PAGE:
|by Joe Leo, Columnist||November 30, 2006|
And they say the holiday shopping for Apple--for both buyer and seller--has only just begun.
The top story yesterday evening on the CNBC business news program, "On the Money," (weeknights, 7:00p EST) was a report on the increase in iPod/Mac sales and what they think all of this will mean for the company.
"Let's start with Apple, closing in on $100. It is an iPod/Mac Christmas! The stock is telling you the things are selling faster than ever!" said Anchor Dylan Ratigan as he began the night's news line-up.
Ratigan reported that 6 out of the 10 top electronics selling on Amazon.com for the holidays are all...? iPods. Furthermore, current data shows that sales of iPods are directly influencing Mac hardware sales which have seen a sudden increase in only recent months.
CNBC predicts that it will only get better for Apple come early 2007.
Ratigan's colleague provided his own analysis, saying that all this will branch out to a bigger picture (our pun, excuse us), with the "iTV" product coming soon, the rumored soon-to-be-released "iPhone" [see related article], along with the highly-anticipated release of "Leopard," Apple's next version of Mac OS X (v10.5) due out early next year.
"Forget about Microsoft and the corporate world," the reporter said. According to him, the center of attention right now is capturing the home market, which Apple intends to do by continuing to tout the digital lifestyle that is at the heart of every Mac, and with new products such as the "iTV."
Lest we all forget, remember that the other week Microsoft debuted their own branded mp3 player, the Zune. Will Apple's rival have any effect on sales of the iPod, and subsequently, throw off the whole formula of Mac mp3 player sales leading to purchases of Mac hardware?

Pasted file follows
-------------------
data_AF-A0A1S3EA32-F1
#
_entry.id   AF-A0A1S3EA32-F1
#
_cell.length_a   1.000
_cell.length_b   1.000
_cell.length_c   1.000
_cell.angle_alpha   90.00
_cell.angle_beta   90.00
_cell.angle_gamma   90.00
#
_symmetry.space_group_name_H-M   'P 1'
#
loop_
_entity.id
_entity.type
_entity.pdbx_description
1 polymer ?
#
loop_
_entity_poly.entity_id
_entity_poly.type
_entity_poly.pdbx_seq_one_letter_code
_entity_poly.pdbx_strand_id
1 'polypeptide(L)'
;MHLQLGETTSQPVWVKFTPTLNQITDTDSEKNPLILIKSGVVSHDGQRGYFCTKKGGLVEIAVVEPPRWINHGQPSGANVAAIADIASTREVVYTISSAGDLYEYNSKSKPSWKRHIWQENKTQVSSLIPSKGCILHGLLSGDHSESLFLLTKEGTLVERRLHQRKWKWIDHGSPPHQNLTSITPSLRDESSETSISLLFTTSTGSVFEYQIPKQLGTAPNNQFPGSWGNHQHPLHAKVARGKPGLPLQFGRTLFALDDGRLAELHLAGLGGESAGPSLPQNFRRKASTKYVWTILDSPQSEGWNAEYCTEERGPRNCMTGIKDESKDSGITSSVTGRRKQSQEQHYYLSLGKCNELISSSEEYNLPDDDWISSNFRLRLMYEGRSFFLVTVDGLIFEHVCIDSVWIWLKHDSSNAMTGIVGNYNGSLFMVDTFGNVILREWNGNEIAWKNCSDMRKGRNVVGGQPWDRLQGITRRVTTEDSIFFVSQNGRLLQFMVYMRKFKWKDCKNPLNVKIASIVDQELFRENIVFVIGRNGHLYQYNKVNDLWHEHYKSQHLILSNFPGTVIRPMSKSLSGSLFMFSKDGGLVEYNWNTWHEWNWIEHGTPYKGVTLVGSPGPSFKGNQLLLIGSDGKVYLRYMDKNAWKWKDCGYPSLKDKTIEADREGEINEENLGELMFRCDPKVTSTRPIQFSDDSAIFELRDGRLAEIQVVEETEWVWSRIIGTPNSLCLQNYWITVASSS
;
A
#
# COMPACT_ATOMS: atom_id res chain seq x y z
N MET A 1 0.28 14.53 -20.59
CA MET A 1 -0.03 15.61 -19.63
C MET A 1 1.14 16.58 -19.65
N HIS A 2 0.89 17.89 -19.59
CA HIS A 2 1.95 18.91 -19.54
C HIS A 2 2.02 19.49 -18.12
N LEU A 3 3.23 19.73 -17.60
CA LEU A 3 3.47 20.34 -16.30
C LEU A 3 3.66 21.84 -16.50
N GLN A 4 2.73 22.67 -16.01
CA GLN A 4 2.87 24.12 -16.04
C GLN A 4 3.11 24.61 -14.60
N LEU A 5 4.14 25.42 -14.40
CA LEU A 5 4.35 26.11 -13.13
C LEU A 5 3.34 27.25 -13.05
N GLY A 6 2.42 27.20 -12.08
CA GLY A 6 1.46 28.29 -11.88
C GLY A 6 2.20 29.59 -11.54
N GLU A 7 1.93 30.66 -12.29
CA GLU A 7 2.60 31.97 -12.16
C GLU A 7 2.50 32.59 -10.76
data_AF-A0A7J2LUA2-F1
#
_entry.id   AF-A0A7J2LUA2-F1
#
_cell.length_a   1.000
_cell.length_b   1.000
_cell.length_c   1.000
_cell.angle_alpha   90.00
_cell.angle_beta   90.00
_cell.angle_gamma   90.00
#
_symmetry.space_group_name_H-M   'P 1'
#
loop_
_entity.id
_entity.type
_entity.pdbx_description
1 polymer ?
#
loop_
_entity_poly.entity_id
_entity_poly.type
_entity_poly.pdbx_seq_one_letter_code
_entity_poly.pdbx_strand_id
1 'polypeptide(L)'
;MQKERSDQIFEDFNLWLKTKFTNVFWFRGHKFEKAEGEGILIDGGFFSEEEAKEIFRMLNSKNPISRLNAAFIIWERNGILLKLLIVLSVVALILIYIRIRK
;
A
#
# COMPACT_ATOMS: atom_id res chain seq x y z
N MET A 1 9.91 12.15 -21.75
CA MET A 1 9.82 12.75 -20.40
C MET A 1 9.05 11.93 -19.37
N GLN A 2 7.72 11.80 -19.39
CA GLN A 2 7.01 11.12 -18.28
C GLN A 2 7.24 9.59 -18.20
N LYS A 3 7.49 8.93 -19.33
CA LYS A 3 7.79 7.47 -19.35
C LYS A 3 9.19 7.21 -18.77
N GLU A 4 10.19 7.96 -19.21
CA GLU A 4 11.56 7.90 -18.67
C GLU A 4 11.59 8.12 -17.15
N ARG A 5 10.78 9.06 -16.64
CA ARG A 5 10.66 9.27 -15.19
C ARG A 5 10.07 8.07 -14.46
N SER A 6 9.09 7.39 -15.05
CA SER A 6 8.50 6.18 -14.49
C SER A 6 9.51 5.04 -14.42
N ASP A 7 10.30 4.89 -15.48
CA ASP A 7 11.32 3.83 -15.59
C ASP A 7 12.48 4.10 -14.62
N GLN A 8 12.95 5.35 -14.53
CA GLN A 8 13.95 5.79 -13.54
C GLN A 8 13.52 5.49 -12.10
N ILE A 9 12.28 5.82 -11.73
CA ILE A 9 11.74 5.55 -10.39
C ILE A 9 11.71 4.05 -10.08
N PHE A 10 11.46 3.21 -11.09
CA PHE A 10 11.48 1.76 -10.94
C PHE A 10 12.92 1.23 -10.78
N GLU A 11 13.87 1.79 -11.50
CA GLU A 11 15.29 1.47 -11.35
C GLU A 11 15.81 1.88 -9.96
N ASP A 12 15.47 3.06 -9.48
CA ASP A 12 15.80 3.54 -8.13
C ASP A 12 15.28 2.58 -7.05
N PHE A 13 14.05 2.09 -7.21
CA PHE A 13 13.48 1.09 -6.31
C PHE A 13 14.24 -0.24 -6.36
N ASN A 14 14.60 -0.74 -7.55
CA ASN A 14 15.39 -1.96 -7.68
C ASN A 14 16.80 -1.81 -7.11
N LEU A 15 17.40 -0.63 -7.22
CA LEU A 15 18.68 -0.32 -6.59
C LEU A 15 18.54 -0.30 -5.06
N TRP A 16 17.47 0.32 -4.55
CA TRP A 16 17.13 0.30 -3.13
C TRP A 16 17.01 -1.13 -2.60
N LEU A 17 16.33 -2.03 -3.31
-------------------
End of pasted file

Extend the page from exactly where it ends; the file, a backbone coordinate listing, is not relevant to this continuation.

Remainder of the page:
Ratigan reported that after only being out on the market for a week, the Zune dropped down to #62 on the list, losing its predicted spot of being #1 while having previously been considered one of the top new gifts to get for the holiday season. (This coming after some analysts, in advance of its release, called the Zune "the iPod killer").
The CNBC anchor brought up the fact that Microsoft's original XBox console was, "a sleeper success" and they now command the market among serious gamers. Redmond's recently released XBox 360 has left Nintendo and Sony to trail behind, even with their own newly-released next-generation consoles out to in time for the holiday shopping season.
Ratigan asked their guest analyst his thoughts on that notion, on whether this scenario could also possibly happen for the Zune?
"I get the sleepy part," the guest columnist said, with no points for Microsoft on the part of success.
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